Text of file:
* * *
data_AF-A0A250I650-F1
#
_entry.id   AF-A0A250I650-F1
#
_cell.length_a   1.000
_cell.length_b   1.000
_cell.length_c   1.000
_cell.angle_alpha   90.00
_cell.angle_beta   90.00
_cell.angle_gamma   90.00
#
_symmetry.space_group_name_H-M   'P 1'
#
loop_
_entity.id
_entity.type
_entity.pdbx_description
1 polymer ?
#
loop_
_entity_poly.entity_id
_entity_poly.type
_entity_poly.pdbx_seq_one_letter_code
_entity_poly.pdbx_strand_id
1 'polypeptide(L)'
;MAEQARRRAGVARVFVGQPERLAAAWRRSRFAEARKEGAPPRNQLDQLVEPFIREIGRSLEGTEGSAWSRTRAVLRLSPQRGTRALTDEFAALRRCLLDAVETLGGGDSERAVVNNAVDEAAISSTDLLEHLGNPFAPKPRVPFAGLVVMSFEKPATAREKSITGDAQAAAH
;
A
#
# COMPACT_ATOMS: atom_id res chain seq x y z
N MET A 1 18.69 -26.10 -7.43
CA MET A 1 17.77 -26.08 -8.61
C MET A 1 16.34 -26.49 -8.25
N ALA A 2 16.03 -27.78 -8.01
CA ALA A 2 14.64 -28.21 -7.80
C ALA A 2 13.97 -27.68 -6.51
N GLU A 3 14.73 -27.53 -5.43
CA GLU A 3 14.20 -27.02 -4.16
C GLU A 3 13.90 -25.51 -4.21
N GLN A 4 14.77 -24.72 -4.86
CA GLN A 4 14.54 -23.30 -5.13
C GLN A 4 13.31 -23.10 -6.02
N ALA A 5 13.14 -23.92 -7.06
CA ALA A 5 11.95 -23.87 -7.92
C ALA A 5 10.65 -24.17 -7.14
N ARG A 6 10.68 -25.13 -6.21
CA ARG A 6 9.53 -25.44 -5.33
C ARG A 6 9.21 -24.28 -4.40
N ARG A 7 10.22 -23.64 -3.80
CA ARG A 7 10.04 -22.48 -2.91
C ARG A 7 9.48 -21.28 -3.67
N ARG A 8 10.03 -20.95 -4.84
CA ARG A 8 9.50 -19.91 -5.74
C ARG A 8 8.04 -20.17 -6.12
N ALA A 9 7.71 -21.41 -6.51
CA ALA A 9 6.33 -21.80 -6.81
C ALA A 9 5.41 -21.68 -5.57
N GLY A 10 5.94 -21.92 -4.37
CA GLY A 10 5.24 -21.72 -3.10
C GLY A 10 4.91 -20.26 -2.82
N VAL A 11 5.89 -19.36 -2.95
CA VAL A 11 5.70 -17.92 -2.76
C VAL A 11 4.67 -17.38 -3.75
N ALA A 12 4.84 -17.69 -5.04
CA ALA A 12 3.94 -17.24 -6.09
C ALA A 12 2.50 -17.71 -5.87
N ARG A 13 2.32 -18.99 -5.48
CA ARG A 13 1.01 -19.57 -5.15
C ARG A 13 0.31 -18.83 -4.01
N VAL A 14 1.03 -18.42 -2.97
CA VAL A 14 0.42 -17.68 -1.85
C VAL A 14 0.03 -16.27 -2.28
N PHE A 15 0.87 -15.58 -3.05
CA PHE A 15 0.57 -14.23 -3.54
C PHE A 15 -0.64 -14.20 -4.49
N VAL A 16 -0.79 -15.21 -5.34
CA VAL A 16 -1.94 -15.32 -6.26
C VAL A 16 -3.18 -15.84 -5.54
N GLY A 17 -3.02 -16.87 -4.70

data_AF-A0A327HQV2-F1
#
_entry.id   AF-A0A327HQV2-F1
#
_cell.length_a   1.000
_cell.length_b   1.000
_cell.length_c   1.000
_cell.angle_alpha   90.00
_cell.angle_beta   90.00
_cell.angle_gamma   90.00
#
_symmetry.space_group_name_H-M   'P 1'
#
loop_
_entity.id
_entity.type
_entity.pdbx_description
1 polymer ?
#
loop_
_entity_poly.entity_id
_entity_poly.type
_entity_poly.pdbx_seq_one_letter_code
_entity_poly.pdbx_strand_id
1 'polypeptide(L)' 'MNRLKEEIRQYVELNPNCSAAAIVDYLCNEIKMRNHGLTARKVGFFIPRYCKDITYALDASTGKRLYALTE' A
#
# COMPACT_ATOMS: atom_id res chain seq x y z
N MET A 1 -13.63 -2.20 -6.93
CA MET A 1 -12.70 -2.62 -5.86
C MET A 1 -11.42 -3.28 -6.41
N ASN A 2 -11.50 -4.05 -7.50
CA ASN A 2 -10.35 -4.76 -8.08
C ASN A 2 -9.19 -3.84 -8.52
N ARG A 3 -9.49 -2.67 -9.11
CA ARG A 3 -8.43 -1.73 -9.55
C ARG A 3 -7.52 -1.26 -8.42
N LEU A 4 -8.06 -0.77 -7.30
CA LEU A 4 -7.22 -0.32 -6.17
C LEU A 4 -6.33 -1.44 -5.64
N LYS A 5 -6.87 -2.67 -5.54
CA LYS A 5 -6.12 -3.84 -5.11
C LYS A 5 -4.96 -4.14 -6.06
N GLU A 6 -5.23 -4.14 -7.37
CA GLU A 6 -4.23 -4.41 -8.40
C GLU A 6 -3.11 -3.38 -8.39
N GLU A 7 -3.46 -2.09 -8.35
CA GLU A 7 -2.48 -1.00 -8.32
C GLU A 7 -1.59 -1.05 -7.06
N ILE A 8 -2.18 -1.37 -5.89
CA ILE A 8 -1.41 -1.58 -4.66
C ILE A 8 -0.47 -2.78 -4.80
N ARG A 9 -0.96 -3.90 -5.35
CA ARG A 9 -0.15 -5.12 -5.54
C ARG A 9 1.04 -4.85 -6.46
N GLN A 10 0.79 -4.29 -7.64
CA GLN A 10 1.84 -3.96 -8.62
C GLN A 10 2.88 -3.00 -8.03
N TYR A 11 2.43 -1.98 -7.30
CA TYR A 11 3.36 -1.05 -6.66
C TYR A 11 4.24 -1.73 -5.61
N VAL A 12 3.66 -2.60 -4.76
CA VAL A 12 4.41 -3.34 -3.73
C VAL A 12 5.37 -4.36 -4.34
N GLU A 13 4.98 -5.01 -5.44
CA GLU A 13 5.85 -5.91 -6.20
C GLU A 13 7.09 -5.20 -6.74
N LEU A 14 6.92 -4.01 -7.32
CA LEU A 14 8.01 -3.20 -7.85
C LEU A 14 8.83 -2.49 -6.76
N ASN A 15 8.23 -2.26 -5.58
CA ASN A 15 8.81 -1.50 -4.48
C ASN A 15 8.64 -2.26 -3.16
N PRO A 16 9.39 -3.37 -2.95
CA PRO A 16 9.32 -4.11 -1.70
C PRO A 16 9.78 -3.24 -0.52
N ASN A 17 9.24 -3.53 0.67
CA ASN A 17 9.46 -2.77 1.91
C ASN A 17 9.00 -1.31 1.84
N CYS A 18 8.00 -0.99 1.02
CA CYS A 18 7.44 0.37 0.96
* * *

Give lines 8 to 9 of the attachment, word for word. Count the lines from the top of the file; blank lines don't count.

_cell.angle_alpha   90.00
_cell.angle_beta   90.00